This is a competing renewal of a highly succesful project concerning the role of the Hh pathway in medulloblastoma. Previously, we obtained dramatic results using a small molecule antagonist of the Hh pathway (HhAntag) in a spontaneous mouse model of medulloblastoma. However, recently, we also found that HhAntag treatment of young mice causes severe defects in bone development. We will now investigate the mechanism of action of HhAntag in tumor cells, as well as in developing bone, to optimize strategies for delivering this potentially revolutionary treatment for a subset of human medulloblastoma. We will also establish new pediatric brain tumor models to investigate the mechanism of action of HhAntag in human medulloblastoma as well as in a broader spectrum of pediatric brain tumors.
In Aim 1, we will address the mechanism responsible for the anti-tumor effect of HhAntag as well as its effect on bone development. We will investigate alternative delivery methods and different structural classes of inhibitors in an effort to minimize the deletrious effects on developing bone. We will also screen for other inhibitors or targets that may be more selective for brain tumors.
In Aim 2, we propose to investigate the role of the microenvironment in maintaining Hh pathway activity in vitro. We will utilize stem cell culture techniques, coculture with stromal support cells, and transplantation in an attempt to maintain pathway activity in mouse medulloblastoma cells. Once established, we will use these conditions to propagate human medulloblastoma carrying PTCH1 mutations so that we can test their response to HhAntag.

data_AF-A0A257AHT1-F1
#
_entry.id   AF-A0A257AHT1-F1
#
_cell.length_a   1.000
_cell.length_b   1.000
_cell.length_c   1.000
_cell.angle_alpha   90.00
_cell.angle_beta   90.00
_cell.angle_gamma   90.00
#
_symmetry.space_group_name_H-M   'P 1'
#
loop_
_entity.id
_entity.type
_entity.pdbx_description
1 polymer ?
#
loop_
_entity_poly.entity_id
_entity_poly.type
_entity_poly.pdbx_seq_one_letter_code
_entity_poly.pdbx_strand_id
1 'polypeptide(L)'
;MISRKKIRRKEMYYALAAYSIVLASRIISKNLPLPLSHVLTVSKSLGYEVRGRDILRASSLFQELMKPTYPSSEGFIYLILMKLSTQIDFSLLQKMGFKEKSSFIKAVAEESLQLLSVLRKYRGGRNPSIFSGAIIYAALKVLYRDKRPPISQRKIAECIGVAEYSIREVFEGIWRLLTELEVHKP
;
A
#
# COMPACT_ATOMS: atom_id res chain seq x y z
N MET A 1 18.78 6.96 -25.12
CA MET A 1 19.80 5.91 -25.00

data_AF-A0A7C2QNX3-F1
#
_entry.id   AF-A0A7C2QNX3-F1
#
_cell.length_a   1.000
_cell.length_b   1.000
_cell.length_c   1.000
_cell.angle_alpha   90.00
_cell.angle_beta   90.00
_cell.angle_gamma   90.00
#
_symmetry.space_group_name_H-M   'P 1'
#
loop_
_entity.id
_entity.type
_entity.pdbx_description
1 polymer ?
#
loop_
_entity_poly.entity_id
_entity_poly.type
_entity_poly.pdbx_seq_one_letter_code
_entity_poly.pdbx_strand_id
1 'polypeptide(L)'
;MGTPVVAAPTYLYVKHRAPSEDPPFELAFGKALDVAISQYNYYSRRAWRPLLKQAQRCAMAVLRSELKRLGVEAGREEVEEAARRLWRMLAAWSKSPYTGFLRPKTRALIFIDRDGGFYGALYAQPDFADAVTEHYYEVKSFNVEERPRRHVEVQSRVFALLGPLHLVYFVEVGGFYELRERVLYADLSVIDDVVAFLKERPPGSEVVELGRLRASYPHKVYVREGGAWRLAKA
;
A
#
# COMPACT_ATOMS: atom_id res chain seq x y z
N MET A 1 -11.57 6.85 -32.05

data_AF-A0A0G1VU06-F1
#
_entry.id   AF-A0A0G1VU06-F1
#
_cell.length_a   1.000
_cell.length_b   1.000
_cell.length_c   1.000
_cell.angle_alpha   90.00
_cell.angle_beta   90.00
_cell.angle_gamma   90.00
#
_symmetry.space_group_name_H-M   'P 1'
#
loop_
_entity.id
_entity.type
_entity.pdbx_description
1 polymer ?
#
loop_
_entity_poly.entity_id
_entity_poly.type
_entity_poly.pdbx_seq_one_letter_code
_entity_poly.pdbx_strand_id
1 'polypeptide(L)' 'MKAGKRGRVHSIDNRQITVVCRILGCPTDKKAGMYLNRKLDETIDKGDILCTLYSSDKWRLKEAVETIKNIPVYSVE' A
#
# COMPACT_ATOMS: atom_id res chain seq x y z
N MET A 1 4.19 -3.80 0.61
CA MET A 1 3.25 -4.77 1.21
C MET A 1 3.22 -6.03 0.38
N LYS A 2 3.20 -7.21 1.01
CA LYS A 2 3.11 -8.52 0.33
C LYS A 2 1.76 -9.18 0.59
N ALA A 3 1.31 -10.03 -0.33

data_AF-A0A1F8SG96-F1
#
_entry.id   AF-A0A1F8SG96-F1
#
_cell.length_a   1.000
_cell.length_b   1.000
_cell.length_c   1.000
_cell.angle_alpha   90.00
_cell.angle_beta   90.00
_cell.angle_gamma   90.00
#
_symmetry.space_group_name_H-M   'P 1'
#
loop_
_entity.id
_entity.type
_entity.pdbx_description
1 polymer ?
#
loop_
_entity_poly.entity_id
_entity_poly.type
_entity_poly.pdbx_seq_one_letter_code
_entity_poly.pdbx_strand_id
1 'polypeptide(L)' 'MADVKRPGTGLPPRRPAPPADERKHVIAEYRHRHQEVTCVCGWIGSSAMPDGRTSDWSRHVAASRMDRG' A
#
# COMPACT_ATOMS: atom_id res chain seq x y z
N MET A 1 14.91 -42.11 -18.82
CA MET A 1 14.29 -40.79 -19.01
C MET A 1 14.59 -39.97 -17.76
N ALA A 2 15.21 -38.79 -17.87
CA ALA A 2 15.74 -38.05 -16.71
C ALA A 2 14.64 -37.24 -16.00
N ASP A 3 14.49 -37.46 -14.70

In Aim 3, we will investigate the role of the Hh pathway in pediatric brain tumors lacking known Hh pathway mutations. Tumors will be collected and characterized by genomic profiling, and used to establish new culture and transplantation models. We will investigate the effect of HhAntag on tumors and stromal support cells in a range of tumors, including Atypical Teratoid/Rhabdoid Tumors and Choroid Plexus Carcinoma.

Public Health Relevance

Cancer treatments are usually developed to treat adult disease but childrens brain tumors are very different. We are developing new approaches specifically targeted to the unique aspects of pediatric disease. Our previous work gave very promising leads that we will now follow so that we can deliver the new therapy while avoiding side effects.

National Institute of Health (NIH)
National Cancer Institute (NCI)
Research Program Projects (P01)
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Special Emphasis Panel (ZCA1-GRB-S)
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St. Jude Children's Research Hospital
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